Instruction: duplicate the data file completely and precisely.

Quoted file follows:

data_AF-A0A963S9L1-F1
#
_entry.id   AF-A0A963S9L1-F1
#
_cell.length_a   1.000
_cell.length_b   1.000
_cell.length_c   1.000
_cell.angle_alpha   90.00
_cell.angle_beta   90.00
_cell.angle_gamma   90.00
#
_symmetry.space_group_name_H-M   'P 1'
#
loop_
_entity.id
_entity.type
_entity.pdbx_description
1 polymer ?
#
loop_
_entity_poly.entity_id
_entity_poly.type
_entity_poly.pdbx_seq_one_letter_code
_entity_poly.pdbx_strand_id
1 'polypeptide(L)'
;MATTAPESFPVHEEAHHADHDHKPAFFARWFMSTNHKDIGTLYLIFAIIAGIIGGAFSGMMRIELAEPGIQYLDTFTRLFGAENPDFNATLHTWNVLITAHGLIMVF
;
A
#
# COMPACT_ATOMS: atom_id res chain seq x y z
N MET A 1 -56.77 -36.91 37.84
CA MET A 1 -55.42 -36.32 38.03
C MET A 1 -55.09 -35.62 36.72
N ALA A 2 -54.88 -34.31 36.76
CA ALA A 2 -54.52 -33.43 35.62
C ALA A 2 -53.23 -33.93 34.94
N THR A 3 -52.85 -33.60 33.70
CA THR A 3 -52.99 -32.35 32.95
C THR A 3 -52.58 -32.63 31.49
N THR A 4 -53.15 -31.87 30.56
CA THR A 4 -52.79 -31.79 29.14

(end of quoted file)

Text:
data_AF-A0A963S9L1-F1
#
_entry.id   AF-A0A963S9L1-F1
#
_cell.length_a   1.000
_cell.length_b   1.000
_cell.length_c   1.000
_cell.angle_alpha   90.00
_cell.angle_beta   90.00
_cell.angle_gamma   90.00
#
_symmetry.space_group_name_H-M   'P 1'
#
loop_
_entity.id
_entity.type
_entity.pdbx_description
1 polymer ?
#
loop_
_entity_poly.entity_id
_entity_poly.type
_entity_poly.pdbx_seq_one_letter_code
_entity_poly.pdbx_strand_id
1 'polypeptide(L)'
;MATTAPESFPVHEEAHHADHDHKPAFFARWFMSTNHKDIGTLYLIFAIIAGIIGGAFSGMMRIELAEPGIQYLDTFTRLFGAENPDFNATLHTWNVLITAHGLIMVF
;
A
#
# COMPACT_ATOMS: atom_id res chain seq x y z
N MET A 1 -56.77 -36.91 37.84
CA MET A 1 -55.42 -36.32 38.03
C MET A 1 -55.09 -35.62 36.72
N ALA A 2 -54.88 -34.31 36.76
CA ALA A 2 -54.52 -33.43 35.62
C ALA A 2 -53.23 -33.93 34.94
N THR A 3 -52.85 -33.60 33.70
CA THR A 3 -52.99 -32.35 32.95
C THR A 3 -52.58 -32.63 31.49
N THR A 4 -53.15 -31.87 30.56
CA THR A 4 -52.79 -31.79 29.14